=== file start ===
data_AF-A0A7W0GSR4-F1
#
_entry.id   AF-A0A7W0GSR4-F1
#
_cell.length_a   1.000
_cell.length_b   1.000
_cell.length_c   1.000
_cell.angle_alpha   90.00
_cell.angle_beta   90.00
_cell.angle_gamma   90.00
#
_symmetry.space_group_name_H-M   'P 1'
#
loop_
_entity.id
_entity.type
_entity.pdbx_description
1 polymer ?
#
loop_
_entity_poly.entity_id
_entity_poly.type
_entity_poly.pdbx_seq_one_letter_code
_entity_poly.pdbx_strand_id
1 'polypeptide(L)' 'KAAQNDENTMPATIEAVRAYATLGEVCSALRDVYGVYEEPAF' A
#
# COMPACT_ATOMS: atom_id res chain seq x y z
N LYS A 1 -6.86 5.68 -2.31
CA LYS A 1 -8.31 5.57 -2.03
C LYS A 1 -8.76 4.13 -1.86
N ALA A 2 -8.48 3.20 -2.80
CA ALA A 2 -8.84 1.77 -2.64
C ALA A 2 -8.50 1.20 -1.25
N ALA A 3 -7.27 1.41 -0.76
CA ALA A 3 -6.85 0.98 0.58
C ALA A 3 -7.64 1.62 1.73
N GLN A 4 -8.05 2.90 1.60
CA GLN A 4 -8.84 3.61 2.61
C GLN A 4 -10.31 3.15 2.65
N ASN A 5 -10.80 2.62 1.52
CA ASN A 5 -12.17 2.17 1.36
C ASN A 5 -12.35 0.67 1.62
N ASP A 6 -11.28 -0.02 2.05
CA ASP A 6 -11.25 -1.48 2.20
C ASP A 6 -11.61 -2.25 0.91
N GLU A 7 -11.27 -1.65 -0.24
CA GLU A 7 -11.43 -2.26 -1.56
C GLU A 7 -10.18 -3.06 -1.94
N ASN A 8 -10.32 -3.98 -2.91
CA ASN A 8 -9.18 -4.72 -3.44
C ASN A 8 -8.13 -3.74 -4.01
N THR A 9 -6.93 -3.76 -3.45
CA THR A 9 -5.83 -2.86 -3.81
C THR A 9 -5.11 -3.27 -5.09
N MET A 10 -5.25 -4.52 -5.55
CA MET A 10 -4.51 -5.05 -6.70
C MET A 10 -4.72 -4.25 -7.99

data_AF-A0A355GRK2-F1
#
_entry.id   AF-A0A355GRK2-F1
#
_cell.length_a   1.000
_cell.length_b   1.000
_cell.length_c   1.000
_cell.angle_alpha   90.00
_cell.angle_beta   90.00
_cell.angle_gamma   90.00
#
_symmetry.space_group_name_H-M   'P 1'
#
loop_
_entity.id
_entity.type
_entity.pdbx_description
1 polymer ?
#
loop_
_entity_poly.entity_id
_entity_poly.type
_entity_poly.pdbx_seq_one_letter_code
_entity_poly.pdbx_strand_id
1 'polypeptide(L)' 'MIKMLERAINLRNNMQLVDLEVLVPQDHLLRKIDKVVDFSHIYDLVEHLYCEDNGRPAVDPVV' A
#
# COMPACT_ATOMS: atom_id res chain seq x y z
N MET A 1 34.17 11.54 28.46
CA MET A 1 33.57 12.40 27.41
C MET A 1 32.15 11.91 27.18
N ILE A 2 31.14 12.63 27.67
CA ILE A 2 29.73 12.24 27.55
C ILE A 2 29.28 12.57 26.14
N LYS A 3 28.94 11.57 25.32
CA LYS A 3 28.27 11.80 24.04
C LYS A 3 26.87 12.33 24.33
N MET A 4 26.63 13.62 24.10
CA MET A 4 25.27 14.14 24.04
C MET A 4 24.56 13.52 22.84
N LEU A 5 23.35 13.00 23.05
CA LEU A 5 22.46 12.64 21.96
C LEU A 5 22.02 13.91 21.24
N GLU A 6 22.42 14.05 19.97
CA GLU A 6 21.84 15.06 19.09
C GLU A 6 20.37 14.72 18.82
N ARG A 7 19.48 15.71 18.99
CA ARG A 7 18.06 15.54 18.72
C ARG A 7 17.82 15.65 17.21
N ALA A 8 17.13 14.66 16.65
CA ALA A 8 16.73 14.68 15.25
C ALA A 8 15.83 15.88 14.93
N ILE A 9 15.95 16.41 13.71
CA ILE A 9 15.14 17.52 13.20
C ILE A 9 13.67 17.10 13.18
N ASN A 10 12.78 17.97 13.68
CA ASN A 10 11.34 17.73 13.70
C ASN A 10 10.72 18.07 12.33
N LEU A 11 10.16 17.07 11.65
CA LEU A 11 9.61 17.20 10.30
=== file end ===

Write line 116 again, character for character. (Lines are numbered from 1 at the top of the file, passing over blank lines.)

CA LEU A 11 9.61 17.20 10.30